Towson residents proud to make space for Green Jacket

"It's a great honor. ... Now that the fall weather is coming on, I'll be wearing it."

Paul Hartman wasn't expecting the phone call. It came out of the blue, about a week before the event, to inform him that NeighborSpace had chosen him to receive this year's Green Jacket Award.

"It's a great honor," said Hartman, a Towson resident, founder and president of a computer company and, for the purposes of the award, immediate past president of the Greater Towson Council of Community Associations (GTCCA), a coalition of area community groups.

"NeighborSpace does a lot of good work for green open space in Baltimore County. It also does surveys to better target areas to preserve," said Hartman, whose GTCCA has been involved in a debate about land use issues in Towson. As webmaster of GTCCA's website, he has been posting articles and commentary about the issue.

Hartman was one of three recipients of the 2015 Green Jacket Award. The others were Michael Ertel, GTCCA's president who has been leading the debate, and Wendy Jacobs, co-founder of the Green Towson Alliance (GTA), an environmental group.

NeighborSpace is a nonprofit that helps local groups find, protect and improve land for parks, gardens, trails and natural areas. Its focus is on land within the county's URDL (urban-rural demarcation line), the traditional separation between suburban and rural areas. The award ceremony was held last month in a private home.

The Green Jacket Award is given annually "to people and organizations that support our mission," said Klaus Philipsen, NeighborSpace's board president. "We want to recognize them."

The board chooses the award recipients. "We don't limit the number" of winners," said Philipsen. "We respond to what seem obvious choices depending on what is happening in any given year."

This year, the debate about county-required open space for development, and particularly developers' fees in lieu of open space, has taken center stage in the County Council and with community organizations like GTCCA.

"We have a lot of contact with organizations in Towson. They care about open space in Towson. That's why the Green Jackets this year focus on the Towson area," Philipsen said of the award. which is a bright kelly green zip-up jacket.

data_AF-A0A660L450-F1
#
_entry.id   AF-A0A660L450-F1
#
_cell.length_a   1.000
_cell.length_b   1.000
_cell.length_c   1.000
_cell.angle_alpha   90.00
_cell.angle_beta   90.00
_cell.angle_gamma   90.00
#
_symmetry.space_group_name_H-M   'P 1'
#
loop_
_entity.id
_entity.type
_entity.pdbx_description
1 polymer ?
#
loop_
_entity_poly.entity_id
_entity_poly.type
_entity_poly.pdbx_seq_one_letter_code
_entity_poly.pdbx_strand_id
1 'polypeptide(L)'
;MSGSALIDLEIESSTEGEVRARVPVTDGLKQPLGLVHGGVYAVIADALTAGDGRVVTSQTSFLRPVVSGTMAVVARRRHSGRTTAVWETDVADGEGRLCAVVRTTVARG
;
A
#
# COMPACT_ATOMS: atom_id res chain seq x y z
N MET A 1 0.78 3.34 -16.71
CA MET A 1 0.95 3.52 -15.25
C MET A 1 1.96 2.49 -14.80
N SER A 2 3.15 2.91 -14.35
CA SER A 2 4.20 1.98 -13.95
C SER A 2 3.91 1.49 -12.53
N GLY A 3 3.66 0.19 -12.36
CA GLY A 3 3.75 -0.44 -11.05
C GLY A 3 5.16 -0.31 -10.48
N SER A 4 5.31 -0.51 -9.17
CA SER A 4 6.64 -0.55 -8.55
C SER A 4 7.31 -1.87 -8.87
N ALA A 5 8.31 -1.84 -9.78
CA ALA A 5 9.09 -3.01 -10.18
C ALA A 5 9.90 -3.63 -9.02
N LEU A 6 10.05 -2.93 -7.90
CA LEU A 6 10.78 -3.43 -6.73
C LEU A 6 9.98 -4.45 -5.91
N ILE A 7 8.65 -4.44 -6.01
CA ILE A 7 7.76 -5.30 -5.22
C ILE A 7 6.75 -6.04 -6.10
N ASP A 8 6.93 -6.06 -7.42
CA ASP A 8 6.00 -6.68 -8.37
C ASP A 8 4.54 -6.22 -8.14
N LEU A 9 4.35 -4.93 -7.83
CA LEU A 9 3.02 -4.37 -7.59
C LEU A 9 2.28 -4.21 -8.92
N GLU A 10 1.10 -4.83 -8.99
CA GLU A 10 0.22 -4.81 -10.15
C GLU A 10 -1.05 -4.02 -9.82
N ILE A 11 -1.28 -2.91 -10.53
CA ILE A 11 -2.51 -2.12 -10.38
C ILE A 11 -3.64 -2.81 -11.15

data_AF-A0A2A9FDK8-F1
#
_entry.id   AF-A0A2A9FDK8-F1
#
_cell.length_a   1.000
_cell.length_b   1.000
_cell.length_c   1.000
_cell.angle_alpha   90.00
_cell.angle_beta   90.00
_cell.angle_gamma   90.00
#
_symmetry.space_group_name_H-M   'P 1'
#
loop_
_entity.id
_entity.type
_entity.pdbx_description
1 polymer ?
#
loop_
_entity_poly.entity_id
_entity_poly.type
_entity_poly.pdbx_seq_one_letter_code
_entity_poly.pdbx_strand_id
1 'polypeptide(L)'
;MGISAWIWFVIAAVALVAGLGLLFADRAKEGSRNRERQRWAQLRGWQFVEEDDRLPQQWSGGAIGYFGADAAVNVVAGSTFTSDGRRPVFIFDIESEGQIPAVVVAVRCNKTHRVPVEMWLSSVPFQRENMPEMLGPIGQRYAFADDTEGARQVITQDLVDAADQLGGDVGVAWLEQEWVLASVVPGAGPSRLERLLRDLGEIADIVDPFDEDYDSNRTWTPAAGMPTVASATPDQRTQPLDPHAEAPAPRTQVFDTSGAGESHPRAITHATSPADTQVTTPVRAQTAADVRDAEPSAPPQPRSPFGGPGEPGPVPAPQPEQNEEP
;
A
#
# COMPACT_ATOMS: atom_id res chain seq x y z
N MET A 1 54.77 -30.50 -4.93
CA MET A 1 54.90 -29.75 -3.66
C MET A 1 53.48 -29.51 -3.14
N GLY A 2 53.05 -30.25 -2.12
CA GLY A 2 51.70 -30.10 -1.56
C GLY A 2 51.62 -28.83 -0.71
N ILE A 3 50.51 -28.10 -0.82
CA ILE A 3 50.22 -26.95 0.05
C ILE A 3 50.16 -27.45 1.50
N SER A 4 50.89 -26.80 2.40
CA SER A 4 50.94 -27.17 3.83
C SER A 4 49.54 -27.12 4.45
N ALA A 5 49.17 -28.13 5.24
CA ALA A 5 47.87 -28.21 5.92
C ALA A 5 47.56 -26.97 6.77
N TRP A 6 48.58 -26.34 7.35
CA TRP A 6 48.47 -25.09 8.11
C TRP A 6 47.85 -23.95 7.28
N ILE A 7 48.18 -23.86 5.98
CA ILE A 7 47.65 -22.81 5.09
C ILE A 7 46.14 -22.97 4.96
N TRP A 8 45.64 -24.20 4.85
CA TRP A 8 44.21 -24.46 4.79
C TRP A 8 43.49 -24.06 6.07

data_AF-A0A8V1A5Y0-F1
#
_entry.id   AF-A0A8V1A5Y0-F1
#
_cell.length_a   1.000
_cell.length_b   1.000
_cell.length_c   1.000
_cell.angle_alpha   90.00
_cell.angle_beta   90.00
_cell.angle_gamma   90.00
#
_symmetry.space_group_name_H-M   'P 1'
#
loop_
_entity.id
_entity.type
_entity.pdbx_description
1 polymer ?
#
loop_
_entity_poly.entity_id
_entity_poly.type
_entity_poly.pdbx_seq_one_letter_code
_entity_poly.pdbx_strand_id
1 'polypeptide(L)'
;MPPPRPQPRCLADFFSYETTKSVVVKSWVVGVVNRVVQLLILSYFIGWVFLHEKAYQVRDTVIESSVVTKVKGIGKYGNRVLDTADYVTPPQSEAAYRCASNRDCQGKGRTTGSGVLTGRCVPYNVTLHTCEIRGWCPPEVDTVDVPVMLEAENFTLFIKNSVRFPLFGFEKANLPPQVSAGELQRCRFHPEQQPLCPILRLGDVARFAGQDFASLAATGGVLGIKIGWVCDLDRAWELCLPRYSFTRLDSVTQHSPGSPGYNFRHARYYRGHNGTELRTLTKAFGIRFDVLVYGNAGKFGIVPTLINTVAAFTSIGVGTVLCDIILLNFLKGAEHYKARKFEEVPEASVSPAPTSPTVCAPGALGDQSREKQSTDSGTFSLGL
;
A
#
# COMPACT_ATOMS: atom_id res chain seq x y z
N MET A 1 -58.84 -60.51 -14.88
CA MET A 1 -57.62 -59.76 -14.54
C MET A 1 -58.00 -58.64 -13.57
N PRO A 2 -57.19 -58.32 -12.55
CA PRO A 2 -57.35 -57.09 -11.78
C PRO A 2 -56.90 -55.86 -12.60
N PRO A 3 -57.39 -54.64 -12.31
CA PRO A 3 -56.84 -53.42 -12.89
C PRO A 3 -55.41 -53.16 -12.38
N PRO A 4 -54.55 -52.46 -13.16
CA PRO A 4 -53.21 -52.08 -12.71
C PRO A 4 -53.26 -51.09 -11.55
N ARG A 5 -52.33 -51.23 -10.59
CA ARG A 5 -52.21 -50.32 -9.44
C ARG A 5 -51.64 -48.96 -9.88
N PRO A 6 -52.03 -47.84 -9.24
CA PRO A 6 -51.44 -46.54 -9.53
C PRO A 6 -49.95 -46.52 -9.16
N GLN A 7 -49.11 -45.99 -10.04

"It's nice," Hartman said of the jacket. "Now that the fall weather is coming on, I'll be wearing it."

Like Hartman, Ertel said the NeighborSpace award came as a surprise. "It's always nice to be recognized," said Ertel, a Towson resident and businessman.

With regard to GTCCA's involvement in the debate over open space plans in the development of downtown Towson, Ertel said, "There is no green space in [downtown] Towson to take a walk.".

The county sets the in-lieu-of-open-space fee and assesses what the developer should pay. "Most developers pay zero or a minimal fee," Ertel said. "Yet it is apparent to people that apartment buildings [already built or planned] add scores of people to Towson. The fees help buy land."

Ertel contends that the popularity of girls sports has made the situation in Towson even more urgent with regard to fields.

"They're sufficient for boys teams but [don't account] for the increase in girls teams," he said. "We have to increase the infrastructure" to accommodate the popularity of girls sports.

Wendy Jacobs said that the Green Towson Alliance's activities range from stream cleanups to public policy statements. GTA is in the process of planning a series of interconnected trails that would wend through various Towson neighborhoods.

"We've applied for a grant from the National Park Service," said Jacobs. "But we'll go ahead with it, with or without the grant."

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